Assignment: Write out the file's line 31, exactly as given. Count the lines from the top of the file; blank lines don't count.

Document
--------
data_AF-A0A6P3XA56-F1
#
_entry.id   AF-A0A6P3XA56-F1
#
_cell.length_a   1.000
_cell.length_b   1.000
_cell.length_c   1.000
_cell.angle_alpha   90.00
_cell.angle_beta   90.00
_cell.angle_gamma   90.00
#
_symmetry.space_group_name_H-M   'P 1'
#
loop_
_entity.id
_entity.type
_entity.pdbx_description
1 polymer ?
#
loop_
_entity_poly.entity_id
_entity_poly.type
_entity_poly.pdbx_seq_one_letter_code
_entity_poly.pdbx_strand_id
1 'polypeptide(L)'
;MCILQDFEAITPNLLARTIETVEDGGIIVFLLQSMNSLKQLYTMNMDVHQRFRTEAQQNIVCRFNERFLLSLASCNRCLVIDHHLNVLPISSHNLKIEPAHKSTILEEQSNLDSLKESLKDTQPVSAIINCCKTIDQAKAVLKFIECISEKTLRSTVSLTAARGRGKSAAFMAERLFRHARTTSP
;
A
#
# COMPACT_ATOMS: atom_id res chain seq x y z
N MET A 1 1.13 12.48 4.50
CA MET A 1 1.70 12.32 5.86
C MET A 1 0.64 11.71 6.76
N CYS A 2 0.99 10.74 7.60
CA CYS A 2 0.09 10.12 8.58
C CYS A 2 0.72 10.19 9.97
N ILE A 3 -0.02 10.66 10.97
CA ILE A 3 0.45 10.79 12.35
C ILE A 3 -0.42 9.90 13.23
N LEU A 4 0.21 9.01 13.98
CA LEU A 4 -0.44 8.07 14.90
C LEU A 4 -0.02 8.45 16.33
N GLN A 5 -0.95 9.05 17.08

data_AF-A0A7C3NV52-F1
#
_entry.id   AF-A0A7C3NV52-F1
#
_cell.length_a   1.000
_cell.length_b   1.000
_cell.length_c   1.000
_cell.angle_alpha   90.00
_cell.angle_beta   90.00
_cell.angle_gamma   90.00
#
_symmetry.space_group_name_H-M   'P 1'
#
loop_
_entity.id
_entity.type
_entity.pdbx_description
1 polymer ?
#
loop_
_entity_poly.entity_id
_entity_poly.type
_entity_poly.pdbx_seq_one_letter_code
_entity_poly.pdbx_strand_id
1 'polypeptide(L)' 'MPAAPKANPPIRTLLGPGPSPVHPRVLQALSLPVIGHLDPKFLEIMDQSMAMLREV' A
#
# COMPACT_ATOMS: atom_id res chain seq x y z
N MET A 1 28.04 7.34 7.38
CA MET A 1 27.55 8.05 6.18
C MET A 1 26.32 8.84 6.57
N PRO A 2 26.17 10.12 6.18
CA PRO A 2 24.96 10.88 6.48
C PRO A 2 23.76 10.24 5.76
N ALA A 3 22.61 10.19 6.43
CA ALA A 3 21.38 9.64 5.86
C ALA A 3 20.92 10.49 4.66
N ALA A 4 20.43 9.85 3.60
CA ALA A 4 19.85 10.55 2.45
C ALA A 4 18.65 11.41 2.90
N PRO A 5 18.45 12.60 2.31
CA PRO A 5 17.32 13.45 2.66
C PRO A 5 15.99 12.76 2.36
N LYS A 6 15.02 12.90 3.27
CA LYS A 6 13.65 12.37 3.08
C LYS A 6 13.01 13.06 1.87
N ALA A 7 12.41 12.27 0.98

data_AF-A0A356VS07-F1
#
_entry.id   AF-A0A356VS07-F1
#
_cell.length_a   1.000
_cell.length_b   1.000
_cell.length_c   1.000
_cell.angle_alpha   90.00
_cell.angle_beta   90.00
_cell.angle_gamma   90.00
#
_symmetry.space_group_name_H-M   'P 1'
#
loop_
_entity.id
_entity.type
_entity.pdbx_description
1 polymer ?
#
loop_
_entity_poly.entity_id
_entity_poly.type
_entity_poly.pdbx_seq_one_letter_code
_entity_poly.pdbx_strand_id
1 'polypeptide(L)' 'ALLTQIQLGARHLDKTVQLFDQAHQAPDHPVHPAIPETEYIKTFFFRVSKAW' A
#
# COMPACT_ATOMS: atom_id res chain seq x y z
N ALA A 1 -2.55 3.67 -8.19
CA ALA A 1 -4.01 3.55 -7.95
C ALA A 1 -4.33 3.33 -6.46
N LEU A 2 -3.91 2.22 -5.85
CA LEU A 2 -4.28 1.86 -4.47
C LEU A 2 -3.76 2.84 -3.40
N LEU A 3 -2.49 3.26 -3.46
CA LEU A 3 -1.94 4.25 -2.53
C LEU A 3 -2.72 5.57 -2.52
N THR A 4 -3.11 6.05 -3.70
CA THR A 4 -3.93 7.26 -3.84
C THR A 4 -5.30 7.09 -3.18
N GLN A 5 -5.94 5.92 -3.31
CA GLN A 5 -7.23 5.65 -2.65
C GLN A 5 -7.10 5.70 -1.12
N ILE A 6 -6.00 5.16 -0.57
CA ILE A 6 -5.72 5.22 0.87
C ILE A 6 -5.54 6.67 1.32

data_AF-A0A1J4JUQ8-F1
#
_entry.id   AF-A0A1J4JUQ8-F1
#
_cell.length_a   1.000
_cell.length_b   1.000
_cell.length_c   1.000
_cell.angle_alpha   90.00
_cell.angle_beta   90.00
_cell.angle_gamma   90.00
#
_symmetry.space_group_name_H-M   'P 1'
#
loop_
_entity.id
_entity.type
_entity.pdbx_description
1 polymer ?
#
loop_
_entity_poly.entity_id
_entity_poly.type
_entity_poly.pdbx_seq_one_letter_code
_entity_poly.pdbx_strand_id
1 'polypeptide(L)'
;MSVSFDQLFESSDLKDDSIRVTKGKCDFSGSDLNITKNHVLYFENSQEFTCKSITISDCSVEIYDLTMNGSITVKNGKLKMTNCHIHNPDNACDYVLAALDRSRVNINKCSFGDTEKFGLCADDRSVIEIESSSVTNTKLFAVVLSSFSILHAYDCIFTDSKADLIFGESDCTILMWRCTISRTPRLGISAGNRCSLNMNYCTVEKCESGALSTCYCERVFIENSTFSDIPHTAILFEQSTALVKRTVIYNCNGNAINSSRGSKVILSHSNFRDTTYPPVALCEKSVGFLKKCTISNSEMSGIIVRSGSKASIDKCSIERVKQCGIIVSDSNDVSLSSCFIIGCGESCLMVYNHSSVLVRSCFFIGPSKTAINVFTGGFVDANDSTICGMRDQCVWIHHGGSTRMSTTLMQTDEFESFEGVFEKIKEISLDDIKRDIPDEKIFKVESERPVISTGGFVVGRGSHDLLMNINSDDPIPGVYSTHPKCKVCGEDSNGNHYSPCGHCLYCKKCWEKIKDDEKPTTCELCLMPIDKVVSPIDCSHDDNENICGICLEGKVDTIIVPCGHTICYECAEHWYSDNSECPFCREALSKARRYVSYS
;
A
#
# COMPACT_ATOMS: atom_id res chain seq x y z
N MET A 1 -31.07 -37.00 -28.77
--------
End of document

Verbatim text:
N MET A 1 1.13 12.48 4.50